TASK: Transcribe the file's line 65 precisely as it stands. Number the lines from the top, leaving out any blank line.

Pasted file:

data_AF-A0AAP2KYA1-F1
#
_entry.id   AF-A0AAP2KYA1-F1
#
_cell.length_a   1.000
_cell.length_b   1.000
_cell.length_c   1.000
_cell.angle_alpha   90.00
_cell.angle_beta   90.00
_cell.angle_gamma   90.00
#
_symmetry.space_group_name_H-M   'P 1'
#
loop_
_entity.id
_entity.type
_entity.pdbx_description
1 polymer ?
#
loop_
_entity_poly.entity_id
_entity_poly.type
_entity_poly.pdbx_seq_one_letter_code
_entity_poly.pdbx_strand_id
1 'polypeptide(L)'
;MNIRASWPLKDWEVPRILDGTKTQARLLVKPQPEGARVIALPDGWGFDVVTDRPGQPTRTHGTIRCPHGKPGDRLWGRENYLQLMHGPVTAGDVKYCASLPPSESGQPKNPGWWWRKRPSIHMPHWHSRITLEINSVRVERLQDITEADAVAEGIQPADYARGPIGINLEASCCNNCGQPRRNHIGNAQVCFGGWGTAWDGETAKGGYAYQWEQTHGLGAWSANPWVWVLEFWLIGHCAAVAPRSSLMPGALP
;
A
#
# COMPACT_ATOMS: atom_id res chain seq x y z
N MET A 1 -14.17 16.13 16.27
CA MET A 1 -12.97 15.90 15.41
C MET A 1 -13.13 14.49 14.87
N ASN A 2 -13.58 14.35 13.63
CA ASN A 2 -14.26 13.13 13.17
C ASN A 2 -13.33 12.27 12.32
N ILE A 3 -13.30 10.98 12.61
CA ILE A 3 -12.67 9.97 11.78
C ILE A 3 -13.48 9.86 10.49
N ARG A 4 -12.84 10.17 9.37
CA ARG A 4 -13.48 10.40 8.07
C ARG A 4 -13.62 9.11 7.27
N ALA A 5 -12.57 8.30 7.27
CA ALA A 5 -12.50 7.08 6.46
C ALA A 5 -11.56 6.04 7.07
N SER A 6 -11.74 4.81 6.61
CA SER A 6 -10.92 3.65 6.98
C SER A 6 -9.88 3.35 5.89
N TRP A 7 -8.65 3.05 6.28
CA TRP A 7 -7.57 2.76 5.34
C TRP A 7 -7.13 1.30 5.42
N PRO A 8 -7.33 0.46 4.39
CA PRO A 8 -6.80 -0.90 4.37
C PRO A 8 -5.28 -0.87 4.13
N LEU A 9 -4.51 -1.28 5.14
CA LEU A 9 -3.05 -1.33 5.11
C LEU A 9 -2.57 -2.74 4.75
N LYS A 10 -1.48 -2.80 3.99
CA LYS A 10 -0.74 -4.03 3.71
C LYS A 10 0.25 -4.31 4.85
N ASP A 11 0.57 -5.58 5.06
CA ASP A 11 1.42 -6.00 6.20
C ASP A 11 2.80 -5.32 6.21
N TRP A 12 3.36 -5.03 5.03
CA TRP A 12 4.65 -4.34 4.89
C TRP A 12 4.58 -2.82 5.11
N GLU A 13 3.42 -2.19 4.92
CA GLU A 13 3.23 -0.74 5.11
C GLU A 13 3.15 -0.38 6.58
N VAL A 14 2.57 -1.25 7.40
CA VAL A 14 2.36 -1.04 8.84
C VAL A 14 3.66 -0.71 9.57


CA TRP A 12 4.65 -4.34 4.89